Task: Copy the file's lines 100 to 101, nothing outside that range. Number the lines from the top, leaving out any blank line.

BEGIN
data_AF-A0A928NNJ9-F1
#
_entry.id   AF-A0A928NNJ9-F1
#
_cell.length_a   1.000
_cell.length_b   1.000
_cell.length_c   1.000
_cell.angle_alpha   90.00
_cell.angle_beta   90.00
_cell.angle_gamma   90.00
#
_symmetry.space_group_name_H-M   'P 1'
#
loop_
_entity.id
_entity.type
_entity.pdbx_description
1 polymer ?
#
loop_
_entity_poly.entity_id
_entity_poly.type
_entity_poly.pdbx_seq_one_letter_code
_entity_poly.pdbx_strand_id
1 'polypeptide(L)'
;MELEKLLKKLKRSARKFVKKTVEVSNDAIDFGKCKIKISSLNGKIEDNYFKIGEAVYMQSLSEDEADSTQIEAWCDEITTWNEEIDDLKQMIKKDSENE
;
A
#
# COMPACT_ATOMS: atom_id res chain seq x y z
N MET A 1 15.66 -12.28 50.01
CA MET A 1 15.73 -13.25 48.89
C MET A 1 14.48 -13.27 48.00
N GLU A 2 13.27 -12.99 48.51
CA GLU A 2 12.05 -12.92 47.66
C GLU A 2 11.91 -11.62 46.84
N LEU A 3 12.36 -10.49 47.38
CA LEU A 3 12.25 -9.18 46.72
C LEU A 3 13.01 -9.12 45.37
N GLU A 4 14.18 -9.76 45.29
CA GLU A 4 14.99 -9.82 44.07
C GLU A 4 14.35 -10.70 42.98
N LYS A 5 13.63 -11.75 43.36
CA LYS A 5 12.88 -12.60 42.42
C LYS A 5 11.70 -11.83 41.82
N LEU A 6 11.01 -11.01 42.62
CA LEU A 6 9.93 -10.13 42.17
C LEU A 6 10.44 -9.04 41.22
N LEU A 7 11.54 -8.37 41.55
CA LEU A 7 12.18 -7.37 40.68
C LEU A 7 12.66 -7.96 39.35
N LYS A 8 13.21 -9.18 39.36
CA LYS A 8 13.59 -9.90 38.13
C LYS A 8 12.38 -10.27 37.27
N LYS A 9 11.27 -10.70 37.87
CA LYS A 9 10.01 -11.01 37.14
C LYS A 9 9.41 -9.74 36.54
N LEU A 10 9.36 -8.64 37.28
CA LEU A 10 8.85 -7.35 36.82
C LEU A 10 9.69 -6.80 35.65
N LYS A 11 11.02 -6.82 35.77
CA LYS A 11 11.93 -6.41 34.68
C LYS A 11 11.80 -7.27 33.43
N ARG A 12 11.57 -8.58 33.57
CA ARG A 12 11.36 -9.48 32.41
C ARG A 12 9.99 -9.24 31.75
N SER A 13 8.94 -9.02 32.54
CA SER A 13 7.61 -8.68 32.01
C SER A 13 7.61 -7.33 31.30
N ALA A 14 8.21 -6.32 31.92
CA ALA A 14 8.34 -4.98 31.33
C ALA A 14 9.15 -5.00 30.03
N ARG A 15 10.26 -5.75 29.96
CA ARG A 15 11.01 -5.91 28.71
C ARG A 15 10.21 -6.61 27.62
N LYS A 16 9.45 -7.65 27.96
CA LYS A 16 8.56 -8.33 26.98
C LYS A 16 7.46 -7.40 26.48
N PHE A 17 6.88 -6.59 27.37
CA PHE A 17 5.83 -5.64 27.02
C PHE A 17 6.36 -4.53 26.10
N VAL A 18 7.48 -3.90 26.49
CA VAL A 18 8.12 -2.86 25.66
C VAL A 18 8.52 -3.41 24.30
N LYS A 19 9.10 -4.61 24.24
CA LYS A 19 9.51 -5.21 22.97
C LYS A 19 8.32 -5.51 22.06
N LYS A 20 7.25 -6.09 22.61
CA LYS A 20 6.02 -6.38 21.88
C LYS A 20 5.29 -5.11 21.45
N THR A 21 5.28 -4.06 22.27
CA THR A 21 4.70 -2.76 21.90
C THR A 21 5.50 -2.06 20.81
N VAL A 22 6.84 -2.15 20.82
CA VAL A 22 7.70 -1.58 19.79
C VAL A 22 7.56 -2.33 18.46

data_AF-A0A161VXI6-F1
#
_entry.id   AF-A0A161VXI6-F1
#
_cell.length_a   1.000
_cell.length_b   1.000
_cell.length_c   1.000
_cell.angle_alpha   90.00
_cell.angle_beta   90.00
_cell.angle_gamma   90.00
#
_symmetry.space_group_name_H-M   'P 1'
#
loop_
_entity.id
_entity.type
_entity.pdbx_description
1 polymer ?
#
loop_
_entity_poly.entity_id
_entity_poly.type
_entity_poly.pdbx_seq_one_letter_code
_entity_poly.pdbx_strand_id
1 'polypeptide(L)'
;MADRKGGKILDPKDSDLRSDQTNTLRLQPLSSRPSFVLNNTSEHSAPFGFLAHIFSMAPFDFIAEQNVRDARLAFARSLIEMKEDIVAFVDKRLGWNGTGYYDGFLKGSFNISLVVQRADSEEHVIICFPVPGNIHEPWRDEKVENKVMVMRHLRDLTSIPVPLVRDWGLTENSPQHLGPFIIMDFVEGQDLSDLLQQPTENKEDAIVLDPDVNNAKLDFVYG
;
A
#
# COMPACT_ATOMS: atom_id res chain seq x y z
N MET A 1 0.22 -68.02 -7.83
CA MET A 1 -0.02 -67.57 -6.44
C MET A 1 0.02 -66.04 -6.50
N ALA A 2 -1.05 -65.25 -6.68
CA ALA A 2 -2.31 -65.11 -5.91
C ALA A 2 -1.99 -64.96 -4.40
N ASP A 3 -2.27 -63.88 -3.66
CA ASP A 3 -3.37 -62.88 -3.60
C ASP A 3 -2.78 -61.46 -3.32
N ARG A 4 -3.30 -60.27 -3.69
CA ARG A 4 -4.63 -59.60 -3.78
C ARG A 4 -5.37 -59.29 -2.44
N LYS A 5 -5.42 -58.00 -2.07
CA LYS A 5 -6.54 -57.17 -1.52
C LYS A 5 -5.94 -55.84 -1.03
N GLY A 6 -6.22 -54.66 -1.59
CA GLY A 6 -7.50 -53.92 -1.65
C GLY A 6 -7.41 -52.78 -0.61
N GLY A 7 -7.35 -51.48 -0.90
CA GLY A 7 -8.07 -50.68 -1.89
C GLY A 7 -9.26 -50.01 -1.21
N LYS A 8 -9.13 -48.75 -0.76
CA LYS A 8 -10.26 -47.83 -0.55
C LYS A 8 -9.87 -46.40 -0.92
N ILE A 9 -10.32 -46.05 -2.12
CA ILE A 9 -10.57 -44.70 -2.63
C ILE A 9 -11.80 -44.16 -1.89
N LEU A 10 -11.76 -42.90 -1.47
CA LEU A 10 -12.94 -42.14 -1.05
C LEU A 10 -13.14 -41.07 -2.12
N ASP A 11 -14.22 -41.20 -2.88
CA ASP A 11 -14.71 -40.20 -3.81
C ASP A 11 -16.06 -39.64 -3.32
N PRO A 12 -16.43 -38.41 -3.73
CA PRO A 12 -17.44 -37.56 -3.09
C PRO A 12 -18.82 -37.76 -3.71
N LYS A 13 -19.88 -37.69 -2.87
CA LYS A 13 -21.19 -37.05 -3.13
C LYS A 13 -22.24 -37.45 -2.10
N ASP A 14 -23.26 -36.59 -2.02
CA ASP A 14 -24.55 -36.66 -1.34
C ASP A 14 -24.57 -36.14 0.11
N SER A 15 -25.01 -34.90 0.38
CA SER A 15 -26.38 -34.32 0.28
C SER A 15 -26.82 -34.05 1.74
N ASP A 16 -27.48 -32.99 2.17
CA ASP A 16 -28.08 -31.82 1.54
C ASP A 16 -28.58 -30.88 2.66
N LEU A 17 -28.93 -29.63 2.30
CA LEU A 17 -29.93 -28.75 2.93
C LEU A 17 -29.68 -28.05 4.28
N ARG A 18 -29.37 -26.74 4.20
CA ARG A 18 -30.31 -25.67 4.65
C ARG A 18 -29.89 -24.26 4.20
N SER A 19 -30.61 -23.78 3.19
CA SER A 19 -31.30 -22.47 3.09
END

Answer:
#
_cell.length_a   1.000